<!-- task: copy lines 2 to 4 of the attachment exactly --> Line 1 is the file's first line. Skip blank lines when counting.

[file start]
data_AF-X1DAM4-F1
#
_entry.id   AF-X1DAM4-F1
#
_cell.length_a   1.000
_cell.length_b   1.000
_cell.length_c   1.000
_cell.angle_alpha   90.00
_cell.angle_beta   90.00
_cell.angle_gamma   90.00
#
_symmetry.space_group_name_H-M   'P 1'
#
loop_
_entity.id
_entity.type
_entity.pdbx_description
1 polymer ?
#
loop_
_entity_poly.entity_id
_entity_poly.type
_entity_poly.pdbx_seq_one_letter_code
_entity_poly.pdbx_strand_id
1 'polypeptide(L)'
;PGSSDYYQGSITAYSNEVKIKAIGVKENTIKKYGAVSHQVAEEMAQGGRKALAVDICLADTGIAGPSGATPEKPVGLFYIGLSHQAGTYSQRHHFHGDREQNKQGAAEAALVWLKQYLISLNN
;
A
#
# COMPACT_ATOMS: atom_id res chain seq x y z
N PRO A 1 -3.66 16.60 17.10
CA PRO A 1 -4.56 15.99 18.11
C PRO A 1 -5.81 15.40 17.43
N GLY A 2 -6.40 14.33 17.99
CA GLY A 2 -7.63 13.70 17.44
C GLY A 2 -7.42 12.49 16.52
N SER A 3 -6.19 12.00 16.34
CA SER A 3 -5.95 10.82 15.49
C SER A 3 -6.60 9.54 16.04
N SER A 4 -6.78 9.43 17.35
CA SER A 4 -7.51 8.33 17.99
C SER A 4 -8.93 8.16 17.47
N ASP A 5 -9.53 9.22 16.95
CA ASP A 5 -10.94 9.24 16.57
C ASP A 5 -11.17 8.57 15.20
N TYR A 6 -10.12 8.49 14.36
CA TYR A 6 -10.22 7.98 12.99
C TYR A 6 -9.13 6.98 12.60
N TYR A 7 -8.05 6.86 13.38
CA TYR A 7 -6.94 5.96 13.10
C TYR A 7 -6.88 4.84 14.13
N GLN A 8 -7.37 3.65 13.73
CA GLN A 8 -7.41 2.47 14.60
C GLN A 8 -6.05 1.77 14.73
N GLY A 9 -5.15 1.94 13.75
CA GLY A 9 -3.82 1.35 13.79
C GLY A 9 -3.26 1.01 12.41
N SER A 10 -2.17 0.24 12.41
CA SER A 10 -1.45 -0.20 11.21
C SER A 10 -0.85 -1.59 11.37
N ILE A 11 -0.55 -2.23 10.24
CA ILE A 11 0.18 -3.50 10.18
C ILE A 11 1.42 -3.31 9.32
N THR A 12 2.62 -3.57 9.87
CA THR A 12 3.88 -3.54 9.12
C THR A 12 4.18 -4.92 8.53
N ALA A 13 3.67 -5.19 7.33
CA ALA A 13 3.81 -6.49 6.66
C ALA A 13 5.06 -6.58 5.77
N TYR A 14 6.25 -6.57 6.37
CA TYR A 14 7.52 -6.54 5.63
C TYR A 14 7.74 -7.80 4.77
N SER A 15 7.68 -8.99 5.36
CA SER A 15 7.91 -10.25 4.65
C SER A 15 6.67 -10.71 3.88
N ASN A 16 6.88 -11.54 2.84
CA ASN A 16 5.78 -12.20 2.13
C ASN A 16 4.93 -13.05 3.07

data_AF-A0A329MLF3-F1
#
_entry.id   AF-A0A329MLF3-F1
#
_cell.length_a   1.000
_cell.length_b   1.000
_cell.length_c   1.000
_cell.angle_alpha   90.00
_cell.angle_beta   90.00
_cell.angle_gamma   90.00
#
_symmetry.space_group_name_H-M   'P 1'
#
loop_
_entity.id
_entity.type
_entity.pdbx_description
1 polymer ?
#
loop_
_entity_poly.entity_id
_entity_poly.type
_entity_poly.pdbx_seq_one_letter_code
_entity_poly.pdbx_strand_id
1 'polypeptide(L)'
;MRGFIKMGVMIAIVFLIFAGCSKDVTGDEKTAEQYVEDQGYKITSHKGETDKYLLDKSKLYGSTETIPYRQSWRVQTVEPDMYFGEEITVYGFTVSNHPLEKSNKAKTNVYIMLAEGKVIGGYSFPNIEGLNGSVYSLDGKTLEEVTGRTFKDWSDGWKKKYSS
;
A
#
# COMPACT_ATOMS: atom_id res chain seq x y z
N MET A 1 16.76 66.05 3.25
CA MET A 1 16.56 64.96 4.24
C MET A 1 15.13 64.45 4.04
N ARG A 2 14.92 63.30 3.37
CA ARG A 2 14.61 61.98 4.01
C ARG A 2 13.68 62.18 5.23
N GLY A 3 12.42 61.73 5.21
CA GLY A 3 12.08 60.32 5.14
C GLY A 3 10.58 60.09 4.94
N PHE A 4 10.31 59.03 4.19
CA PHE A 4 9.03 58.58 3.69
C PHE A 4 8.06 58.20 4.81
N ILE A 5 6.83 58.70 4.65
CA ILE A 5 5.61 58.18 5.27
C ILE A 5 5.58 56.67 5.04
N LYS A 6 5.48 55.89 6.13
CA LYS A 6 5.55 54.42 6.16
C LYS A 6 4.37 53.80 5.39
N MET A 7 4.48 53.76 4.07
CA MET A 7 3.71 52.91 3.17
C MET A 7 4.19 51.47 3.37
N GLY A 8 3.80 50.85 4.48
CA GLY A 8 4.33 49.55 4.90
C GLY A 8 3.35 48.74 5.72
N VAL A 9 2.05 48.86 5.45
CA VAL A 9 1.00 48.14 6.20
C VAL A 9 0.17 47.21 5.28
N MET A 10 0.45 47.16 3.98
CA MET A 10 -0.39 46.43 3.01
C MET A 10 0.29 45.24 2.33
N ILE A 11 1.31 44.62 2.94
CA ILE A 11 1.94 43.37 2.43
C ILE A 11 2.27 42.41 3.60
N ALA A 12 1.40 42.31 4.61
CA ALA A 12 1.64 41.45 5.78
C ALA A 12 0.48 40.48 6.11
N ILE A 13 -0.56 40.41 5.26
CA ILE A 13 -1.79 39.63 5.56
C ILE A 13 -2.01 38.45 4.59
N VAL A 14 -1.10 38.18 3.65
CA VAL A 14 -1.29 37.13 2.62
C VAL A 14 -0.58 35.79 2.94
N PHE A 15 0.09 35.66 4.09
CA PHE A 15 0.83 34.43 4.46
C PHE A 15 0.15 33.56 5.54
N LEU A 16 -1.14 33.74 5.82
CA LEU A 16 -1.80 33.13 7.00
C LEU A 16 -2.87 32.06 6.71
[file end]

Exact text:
#
_entry.id   AF-X1DAM4-F1
#